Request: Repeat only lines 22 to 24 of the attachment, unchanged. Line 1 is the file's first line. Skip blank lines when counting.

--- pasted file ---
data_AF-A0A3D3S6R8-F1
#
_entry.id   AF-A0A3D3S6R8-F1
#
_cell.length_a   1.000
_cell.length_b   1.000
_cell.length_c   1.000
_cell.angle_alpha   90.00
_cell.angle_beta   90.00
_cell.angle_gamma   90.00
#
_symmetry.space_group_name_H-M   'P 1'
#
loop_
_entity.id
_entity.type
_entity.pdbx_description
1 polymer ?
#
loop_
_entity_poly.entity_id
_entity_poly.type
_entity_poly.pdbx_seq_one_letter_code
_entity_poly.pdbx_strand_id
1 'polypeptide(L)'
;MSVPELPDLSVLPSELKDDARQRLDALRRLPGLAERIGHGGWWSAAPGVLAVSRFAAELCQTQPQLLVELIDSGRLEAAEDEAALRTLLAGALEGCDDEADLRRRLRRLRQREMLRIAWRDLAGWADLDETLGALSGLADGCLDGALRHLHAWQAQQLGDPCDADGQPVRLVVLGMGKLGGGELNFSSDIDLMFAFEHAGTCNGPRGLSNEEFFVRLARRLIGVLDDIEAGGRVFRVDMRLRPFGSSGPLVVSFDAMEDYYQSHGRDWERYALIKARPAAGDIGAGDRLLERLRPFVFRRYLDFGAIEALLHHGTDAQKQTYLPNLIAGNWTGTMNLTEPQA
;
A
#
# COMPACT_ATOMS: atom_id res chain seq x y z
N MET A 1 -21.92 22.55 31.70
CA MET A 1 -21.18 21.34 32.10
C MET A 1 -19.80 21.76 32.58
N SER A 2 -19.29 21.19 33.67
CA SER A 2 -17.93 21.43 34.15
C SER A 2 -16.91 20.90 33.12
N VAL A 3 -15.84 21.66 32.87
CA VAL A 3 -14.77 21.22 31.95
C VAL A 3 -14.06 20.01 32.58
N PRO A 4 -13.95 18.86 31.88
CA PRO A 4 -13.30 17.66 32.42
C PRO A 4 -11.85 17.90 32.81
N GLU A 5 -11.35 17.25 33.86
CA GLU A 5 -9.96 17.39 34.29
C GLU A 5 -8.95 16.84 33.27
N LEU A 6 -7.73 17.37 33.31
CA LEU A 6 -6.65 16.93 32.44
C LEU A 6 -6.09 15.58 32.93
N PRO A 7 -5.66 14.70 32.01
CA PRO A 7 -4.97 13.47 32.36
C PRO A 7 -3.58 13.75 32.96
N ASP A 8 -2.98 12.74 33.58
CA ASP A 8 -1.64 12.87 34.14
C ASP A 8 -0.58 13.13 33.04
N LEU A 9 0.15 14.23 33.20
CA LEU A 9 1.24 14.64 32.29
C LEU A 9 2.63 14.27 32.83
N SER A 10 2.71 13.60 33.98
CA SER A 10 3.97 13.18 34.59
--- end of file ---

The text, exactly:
_entity_poly.type
_entity_poly.pdbx_seq_one_letter_code
_entity_poly.pdbx_strand_id